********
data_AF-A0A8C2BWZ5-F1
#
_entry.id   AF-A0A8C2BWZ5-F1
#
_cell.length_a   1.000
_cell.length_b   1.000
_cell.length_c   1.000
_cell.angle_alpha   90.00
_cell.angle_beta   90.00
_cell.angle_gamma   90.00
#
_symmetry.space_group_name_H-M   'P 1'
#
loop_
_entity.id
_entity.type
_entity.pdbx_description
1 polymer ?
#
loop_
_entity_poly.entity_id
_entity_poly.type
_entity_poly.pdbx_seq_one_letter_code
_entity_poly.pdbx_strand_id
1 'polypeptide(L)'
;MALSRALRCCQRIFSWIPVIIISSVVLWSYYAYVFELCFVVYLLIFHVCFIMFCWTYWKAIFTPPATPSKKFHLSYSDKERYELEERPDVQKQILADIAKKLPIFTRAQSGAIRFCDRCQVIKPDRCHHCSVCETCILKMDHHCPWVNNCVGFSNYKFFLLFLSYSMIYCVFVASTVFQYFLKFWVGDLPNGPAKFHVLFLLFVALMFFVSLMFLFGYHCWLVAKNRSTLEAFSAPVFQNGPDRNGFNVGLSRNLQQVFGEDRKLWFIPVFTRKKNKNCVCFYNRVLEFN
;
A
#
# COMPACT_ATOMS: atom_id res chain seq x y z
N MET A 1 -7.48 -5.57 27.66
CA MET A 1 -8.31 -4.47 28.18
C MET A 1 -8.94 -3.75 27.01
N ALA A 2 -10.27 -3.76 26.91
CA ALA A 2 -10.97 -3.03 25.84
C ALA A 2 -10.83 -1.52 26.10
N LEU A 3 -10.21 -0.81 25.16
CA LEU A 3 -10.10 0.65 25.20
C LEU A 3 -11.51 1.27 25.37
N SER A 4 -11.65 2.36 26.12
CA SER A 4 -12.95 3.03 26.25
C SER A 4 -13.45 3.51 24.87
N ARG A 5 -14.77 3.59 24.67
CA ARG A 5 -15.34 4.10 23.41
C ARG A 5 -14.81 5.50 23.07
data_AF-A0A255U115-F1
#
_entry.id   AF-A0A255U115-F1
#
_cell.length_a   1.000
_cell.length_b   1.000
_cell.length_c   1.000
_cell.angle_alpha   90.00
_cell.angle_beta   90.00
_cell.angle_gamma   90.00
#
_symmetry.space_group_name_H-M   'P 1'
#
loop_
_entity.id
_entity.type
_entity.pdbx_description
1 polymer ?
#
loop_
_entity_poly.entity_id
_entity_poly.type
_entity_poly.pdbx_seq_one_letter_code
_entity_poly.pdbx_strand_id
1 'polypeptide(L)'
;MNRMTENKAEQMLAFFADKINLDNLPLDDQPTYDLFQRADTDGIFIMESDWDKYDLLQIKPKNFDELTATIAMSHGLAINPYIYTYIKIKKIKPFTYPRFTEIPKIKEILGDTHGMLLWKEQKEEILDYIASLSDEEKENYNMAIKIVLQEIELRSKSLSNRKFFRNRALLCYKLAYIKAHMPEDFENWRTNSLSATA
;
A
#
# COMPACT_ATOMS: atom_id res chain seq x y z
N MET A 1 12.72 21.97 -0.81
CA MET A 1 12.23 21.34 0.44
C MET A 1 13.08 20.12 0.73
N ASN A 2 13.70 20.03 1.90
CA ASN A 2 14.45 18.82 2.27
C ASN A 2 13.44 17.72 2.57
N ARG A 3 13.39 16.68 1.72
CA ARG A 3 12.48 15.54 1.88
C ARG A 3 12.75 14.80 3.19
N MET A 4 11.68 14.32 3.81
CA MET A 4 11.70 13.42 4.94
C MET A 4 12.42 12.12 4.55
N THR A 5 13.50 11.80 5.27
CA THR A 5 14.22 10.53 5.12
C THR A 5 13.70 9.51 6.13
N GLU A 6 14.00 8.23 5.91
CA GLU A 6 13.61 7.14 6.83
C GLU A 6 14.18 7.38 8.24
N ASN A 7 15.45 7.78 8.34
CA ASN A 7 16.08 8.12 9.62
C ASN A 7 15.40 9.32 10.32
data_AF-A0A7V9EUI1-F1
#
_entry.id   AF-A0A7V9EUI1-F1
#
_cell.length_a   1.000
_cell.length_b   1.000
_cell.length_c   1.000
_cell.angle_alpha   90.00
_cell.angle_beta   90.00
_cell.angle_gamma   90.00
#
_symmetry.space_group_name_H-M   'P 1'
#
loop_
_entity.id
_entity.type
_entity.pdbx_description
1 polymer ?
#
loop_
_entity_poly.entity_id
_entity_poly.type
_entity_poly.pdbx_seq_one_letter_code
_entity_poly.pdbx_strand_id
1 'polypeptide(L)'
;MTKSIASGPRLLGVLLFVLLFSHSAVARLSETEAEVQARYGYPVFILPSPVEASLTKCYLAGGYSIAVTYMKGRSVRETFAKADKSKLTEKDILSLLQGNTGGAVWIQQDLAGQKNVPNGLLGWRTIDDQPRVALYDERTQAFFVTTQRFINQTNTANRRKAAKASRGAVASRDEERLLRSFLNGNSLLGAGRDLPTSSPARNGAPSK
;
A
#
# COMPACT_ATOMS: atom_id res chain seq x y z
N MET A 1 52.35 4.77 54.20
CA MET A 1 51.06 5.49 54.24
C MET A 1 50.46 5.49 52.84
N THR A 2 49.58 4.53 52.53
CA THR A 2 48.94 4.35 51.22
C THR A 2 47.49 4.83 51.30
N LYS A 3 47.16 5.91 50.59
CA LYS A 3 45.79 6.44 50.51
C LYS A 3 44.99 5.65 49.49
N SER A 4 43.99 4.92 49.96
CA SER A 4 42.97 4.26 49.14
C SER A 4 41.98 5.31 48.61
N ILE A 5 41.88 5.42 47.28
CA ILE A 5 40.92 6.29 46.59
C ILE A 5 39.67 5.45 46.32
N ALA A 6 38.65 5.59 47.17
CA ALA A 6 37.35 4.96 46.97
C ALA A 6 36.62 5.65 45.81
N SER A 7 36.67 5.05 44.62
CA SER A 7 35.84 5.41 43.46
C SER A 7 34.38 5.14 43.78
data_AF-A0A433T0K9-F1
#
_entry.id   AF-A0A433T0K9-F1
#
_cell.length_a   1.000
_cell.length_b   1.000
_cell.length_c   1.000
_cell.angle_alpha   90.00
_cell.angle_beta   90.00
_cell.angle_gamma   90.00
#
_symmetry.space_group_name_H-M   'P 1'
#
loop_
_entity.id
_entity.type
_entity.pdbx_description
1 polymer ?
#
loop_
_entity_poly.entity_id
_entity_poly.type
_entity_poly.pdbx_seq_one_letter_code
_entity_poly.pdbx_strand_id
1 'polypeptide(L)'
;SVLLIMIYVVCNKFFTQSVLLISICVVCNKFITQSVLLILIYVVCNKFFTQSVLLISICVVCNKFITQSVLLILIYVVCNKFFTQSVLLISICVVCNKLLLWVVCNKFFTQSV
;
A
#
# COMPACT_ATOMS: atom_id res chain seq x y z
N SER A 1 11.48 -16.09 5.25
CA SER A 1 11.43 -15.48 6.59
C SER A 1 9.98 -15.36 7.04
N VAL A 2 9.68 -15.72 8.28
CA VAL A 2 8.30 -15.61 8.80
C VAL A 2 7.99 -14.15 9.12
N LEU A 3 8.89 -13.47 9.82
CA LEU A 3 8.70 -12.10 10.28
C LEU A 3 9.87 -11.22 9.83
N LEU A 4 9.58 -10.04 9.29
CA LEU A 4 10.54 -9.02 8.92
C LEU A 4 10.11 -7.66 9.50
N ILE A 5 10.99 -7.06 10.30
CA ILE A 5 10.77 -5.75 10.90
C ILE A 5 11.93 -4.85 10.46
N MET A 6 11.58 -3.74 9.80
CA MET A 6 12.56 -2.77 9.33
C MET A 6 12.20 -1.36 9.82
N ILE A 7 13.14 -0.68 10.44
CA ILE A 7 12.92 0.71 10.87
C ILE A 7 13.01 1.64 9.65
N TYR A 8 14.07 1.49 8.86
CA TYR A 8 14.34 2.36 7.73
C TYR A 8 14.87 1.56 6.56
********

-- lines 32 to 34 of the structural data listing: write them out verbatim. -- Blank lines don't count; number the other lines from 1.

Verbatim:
CA MET A 1 -8.31 -4.47 28.18
C MET A 1 -8.94 -3.75 27.01
N ALA A 2 -10.27 -3.76 26.91